What are the Complications of Syphilis?
Since syphilis symptoms often go unnoticed, the disease can progress and cause permanent damage and complications to the body. A test for syphilis should be performed as soon as possible if signs are present. Even when syphilis symptoms are not present, it is important to get a syphilis test at least annually to ensure early treatment and prevent long term damage. The complications of syphilis can be serious and irreversible if not promptly treated. Fortunately, harmful effects of syphilis are avoidable.
The first sign of syphilis is a single sore or chancre. Syphilis symptoms in women include a chancre on the labia, vaginal area, mouth or anus. Syphilis symptoms in men include a chancre on the penis, scrotum, mouth, or anus. This will develop anywhere from one week to three months (average 21 days) after transmission. It will eventually heal on its own, but syphilis will still be present in the body. If syphilis is not detected in primary stage, it will progress to the secondary stage.
The second stage of syphilis is characterized by a rough, reddish-brown rash on the hands and soles of the feet. Some people experience muscle aches, fever, sore throat, and swollen lymph nodes. These symptoms may permanently clear up within a few weeks or repeatedly come back for about a year.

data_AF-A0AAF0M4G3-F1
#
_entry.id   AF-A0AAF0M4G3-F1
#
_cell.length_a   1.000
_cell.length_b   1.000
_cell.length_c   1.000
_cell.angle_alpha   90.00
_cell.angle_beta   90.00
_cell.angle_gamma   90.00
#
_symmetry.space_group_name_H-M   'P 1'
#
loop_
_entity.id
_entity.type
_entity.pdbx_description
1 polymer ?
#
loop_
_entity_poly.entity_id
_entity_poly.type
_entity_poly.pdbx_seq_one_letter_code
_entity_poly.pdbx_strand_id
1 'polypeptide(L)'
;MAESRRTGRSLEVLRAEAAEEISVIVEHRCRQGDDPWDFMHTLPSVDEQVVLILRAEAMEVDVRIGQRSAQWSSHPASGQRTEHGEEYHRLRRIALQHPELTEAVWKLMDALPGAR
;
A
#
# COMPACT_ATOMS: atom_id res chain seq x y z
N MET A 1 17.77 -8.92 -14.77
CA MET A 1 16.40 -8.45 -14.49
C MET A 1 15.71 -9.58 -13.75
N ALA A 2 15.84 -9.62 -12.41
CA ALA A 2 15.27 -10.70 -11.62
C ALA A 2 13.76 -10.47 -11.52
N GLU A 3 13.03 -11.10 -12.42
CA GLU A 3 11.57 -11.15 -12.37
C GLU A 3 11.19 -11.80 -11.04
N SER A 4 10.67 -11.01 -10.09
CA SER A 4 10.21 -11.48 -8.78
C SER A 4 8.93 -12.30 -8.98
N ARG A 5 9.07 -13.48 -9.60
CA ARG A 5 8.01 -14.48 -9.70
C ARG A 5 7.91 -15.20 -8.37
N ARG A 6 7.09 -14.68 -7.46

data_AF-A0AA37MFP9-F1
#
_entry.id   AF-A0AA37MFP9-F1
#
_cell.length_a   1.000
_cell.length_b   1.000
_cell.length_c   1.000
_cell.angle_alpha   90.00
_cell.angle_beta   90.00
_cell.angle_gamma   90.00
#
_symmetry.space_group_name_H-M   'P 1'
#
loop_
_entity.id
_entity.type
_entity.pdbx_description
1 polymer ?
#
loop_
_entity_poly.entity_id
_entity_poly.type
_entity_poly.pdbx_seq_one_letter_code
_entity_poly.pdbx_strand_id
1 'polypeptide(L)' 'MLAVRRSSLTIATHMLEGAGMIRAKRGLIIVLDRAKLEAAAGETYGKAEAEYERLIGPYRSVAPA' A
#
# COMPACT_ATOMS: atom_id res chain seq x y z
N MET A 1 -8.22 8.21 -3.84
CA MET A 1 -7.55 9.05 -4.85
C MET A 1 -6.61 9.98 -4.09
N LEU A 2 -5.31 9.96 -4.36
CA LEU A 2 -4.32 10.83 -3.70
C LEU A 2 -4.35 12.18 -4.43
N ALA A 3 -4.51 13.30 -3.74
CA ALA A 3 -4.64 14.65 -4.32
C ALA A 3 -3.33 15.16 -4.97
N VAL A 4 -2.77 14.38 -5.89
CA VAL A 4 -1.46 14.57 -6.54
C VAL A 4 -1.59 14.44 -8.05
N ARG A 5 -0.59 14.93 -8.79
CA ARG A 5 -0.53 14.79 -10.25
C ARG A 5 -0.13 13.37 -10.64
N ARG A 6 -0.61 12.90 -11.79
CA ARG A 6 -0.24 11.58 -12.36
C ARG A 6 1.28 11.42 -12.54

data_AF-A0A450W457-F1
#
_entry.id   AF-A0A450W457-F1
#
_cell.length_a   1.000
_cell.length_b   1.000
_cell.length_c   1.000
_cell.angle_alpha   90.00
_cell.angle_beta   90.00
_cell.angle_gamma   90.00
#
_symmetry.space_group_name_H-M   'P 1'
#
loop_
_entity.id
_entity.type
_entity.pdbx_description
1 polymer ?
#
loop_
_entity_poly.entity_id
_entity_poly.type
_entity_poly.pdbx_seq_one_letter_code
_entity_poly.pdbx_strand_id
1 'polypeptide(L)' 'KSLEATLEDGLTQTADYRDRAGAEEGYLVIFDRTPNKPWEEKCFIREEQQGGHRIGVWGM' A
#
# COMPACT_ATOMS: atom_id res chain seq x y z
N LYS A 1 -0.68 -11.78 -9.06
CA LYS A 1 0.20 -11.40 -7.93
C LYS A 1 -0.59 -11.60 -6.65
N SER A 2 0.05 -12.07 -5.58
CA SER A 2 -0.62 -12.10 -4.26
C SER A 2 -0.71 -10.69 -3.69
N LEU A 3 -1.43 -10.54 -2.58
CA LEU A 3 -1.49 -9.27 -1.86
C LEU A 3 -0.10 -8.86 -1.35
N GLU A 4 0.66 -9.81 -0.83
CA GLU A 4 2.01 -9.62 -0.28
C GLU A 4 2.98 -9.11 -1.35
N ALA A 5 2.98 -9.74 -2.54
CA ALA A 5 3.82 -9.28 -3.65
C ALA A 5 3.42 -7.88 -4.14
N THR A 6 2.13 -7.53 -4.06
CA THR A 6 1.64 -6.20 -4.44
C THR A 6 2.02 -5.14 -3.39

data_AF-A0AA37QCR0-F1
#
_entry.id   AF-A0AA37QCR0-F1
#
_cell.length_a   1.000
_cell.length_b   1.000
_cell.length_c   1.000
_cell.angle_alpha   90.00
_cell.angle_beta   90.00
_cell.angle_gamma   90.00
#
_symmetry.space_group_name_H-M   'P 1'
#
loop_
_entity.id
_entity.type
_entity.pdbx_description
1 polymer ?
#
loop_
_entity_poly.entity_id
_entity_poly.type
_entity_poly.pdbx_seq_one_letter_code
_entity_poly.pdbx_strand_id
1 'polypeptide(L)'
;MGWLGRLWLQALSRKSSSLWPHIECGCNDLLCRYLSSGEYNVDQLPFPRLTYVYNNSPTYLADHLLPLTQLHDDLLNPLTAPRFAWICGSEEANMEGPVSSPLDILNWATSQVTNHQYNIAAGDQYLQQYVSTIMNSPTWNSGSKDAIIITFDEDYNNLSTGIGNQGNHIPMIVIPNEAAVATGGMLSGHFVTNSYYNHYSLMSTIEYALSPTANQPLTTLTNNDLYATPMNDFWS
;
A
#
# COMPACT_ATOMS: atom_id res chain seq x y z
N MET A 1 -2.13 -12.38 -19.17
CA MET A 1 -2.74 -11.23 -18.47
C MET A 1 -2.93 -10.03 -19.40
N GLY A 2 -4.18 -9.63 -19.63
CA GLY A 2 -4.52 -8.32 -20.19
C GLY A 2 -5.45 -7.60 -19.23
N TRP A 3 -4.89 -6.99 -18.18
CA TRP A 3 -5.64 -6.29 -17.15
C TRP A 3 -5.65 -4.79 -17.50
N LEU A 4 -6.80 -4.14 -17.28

If syphilis goes untreated after the first and second stage, it can progress to the latent or hidden stage where no symptoms are present. This stage can last for years and may eventually advance to the tertiary stage. The tertiary stage is characterized by serious complications. It is important to seek syphilis treatment before is progresses to the tertiary stage.
- Cardiovascular problems: Syphilis can cause aneurysm and inflammation of the aorta and other blood and heart valves.
- Neurological problems: Untreated syphilis can lead to neurological problems such as stroke, meningitis, deafness, and blindness.
- Increased HIV risk: People with syphilis or other STDs with genital ulcers have an estimated two to five percent increased risk of contracting HIV. Syphilis sores can bleed easily creating an opening for HIV to enter the body during sexual activity.
- Small bumps or tumors: Known as gummas, these bumps occur during late stage syphilis and can develop on the bones, skin, liver, or other organs. Gummas will disappear with treatment.
- Complications during pregnancy and childbirth: A pregnant mother can transfer syphilis to her unborn child. Congenital syphilis can cause stillbirth, miscarriage, or the death of the infant shortly after birth. Syphilis testing is recommended for all pregnant women.